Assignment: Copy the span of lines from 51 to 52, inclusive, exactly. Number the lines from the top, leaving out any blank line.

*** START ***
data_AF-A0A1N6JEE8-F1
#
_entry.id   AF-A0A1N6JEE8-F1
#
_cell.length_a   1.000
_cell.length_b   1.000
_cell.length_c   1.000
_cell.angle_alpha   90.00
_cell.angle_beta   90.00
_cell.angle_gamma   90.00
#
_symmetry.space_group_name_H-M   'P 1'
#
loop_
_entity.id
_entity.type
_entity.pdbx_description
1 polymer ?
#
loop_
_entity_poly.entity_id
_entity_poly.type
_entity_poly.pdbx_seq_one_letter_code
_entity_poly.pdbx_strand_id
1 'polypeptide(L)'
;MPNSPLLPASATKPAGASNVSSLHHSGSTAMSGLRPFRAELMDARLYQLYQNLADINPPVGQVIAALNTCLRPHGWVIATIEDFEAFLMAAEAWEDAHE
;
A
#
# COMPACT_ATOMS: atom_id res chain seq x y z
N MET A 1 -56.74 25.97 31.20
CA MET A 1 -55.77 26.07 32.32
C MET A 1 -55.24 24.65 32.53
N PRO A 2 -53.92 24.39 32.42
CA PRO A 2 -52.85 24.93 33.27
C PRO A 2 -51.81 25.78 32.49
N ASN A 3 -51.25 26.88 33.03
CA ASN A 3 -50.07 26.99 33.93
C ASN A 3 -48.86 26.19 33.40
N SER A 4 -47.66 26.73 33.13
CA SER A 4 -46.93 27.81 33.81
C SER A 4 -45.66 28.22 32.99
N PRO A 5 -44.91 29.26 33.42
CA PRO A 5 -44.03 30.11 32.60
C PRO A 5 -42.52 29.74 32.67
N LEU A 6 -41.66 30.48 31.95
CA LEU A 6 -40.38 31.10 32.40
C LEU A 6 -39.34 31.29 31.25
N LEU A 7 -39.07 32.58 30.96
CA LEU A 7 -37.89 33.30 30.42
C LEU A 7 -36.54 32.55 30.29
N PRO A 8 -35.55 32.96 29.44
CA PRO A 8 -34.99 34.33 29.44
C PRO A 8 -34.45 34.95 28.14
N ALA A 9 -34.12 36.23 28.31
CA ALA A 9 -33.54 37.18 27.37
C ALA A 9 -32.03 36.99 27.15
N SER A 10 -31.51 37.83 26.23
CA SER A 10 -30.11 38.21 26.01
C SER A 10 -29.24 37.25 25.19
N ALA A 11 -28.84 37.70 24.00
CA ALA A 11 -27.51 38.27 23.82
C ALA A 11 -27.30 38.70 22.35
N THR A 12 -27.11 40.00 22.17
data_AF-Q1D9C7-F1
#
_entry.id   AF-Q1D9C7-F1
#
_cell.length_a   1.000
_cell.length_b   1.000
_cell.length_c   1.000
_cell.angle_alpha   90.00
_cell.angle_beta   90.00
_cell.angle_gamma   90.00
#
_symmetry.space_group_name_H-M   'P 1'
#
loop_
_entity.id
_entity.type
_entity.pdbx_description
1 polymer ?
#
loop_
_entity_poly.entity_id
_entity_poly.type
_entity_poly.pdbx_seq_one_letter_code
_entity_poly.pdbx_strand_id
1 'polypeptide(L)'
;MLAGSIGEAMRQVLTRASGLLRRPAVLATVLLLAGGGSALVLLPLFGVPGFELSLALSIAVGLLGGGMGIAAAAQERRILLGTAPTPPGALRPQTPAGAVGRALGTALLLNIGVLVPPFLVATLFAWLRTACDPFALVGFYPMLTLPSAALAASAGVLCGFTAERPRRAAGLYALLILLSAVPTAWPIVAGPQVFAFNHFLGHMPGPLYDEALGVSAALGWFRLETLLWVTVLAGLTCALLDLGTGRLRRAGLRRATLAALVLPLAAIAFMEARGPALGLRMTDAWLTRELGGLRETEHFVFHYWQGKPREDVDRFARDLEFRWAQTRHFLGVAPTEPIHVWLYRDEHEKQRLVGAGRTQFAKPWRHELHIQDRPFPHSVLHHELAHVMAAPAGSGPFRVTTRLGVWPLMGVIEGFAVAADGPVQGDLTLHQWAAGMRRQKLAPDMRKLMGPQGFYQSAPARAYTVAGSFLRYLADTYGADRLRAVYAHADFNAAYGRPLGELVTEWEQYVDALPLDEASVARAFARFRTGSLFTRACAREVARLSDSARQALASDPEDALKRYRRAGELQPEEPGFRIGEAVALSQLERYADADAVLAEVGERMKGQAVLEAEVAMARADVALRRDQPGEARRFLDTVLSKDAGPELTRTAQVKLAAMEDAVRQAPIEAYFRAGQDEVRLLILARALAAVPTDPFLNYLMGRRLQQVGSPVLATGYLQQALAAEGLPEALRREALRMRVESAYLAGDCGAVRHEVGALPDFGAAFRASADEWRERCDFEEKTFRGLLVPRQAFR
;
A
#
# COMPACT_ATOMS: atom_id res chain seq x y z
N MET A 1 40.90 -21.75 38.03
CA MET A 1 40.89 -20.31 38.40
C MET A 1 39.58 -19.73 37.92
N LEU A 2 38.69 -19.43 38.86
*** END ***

C LEU A 7 -36.54 32.55 30.29
N PRO A 8 -35.55 32.96 29.44